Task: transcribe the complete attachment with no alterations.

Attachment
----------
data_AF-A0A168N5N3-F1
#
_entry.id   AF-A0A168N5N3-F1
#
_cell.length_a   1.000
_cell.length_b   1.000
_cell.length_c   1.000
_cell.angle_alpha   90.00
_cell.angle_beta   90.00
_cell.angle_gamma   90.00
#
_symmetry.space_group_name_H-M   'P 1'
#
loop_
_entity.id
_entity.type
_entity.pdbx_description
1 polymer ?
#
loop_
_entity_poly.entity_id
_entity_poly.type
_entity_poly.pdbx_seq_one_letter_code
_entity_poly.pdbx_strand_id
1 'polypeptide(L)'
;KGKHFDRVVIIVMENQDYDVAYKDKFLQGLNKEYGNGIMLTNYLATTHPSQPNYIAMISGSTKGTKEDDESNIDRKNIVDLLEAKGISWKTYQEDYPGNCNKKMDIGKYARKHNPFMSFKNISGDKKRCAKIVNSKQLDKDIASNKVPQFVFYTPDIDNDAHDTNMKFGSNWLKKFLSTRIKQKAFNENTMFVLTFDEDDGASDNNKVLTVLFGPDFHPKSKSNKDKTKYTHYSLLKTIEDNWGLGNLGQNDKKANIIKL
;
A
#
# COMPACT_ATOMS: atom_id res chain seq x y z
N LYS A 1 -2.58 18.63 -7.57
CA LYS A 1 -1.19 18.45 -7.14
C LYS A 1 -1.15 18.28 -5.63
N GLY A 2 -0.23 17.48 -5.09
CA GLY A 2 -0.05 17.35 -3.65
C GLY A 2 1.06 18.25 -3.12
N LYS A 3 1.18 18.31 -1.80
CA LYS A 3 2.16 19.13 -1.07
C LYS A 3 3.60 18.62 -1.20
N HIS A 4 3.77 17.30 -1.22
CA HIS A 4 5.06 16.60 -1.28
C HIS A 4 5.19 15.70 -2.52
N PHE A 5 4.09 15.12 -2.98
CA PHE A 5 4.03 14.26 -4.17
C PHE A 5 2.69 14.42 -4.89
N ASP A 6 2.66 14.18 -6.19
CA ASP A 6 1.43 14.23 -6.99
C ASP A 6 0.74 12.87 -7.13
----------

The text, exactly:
data_AF-A0A168N5N3-F1
#
_entry.id   AF-A0A168N5N3-F1
#
_cell.length_a   1.000
_cell.length_b   1.000
_cell.length_c   1.000
_cell.angle_alpha   90.00
_cell.angle_beta   90.00
_cell.angle_gamma   90.00
#
_symmetry.space_group_name_H-M   'P 1'
#
loop_
_entity.id
_entity.type
_entity.pdbx_description
1 polymer ?
#
loop_
_entity_poly.entity_id
_entity_poly.type
_entity_poly.pdbx_seq_one_letter_code
_entity_poly.pdbx_strand_id
1 'polypeptide(L)'
;KGKHFDRVVIIVMENQDYDVAYKDKFLQGLNKEYGNGIMLTNYLATTHPSQPNYIAMISGSTKGTKEDDESNIDRKNIVDLLEAKGISWKTYQEDYPGNCNKKMDIGKYARKHNPFMSFKNISGDKKRCAKIVNSKQLDKDIASNKVPQFVFYTPDIDNDAHDTNMKFGSNWLKKFLSTRIKQKAFNENTMFVLTFDEDDGASDNNKVLTVLFGPDFHPKSKSNKDKTKYTHYSLLKTIEDNWGLGNLGQNDKKANIIKL
;
A
#
# COMPACT_ATOMS: atom_id res chain seq x y z
N LYS A 1 -2.58 18.63 -7.57
CA LYS A 1 -1.19 18.45 -7.14
C LYS A 1 -1.15 18.28 -5.63
N GLY A 2 -0.23 17.48 -5.09
CA GLY A 2 -0.05 17.35 -3.65
C GLY A 2 1.06 18.25 -3.12
N LYS A 3 1.18 18.31 -1.80
CA LYS A 3 2.16 19.13 -1.07
C LYS A 3 3.60 18.62 -1.20
N HIS A 4 3.77 17.30 -1.22
CA HIS A 4 5.06 16.60 -1.28
C HIS A 4 5.19 15.70 -2.52
N PHE A 5 4.09 15.12 -2.98
CA PHE A 5 4.03 14.26 -4.17
C PHE A 5 2.69 14.42 -4.89
N ASP A 6 2.66 14.18 -6.19
CA ASP A 6 1.43 14.23 -6.99
C ASP A 6 0.74 12.87 -7.13